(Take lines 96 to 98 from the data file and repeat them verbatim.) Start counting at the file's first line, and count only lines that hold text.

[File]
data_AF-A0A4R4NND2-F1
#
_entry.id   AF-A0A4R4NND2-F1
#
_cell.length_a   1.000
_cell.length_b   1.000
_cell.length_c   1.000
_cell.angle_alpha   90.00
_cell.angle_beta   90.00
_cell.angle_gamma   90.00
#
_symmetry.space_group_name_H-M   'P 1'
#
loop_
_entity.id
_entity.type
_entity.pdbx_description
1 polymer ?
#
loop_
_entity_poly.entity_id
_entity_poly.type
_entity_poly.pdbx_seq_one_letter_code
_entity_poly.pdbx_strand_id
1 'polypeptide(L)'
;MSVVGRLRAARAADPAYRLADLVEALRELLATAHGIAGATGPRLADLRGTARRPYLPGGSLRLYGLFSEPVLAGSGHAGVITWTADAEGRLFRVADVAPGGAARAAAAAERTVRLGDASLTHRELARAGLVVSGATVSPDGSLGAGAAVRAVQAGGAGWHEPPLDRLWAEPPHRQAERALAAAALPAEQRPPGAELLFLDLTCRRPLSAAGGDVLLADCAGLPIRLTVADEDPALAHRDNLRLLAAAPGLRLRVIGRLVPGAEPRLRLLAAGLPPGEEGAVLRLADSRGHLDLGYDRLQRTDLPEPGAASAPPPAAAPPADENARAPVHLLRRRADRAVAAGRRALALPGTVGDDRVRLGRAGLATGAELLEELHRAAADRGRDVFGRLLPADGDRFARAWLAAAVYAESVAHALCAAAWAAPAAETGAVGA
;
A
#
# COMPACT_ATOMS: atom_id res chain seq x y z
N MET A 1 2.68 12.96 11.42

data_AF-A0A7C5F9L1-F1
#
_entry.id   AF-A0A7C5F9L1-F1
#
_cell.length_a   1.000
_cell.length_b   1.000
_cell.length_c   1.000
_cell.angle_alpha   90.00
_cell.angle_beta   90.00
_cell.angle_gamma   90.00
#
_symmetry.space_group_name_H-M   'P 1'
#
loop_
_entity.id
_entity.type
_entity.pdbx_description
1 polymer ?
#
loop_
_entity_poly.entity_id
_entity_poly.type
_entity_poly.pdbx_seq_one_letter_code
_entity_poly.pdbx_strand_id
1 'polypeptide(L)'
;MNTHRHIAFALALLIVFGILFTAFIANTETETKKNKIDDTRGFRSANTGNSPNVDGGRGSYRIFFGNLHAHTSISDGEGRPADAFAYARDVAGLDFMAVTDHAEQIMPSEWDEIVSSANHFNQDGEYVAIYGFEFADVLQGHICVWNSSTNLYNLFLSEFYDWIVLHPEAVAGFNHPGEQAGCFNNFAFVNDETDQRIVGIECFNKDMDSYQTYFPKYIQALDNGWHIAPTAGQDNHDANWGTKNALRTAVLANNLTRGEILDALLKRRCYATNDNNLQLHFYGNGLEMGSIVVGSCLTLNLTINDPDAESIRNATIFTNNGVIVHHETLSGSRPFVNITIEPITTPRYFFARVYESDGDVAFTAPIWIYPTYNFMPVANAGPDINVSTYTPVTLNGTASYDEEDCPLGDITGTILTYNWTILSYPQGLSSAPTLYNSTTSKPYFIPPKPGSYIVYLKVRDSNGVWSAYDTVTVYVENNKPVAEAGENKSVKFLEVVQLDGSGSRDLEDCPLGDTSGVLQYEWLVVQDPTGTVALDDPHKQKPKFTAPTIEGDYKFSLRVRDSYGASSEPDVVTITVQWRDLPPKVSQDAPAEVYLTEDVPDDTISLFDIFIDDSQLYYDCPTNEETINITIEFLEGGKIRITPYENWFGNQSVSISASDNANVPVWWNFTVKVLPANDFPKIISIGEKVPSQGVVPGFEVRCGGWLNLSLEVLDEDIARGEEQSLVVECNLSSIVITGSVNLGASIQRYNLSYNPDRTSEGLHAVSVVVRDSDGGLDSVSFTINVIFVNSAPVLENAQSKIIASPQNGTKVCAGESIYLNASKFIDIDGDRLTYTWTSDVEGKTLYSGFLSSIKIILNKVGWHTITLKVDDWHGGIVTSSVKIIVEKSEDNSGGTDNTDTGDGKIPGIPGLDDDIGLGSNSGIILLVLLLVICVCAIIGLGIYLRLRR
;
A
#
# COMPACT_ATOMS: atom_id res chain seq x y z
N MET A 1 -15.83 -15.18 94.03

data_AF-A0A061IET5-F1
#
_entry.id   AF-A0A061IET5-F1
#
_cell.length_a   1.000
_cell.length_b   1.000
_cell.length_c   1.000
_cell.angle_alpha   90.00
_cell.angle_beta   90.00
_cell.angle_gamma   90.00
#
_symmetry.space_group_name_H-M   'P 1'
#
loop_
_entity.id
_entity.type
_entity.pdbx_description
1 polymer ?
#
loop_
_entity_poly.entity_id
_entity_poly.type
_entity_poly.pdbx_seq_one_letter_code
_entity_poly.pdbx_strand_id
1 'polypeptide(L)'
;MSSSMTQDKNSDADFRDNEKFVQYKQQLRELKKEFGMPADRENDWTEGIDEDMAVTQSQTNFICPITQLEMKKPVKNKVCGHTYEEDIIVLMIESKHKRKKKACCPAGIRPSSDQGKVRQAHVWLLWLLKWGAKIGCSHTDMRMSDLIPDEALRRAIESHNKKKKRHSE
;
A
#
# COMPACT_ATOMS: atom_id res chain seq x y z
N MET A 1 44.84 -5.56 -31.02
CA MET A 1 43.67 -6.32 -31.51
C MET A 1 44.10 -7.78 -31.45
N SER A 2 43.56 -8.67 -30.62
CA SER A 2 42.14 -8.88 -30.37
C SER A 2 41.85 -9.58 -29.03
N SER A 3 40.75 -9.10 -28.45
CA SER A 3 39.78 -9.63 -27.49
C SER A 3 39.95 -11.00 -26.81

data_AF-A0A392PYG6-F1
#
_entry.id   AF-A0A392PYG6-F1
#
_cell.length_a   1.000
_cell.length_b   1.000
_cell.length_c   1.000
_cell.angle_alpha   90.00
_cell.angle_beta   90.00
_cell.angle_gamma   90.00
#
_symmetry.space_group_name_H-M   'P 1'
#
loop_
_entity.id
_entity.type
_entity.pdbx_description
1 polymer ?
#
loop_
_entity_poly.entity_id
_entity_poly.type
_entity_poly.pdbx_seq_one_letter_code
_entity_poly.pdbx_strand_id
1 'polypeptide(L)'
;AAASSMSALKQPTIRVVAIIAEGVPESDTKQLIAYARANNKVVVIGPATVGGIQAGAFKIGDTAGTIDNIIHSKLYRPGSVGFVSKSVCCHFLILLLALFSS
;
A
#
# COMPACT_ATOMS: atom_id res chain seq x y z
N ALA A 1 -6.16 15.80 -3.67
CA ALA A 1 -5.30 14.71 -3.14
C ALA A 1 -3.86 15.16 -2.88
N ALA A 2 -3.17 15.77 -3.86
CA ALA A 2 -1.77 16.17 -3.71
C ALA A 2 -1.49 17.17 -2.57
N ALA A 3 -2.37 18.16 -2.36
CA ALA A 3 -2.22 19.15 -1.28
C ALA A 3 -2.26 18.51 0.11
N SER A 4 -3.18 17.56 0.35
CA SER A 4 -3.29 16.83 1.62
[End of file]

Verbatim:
N SER A 2 43.56 -8.67 -30.62
CA SER A 2 42.14 -8.88 -30.37
C SER A 2 41.85 -9.58 -29.03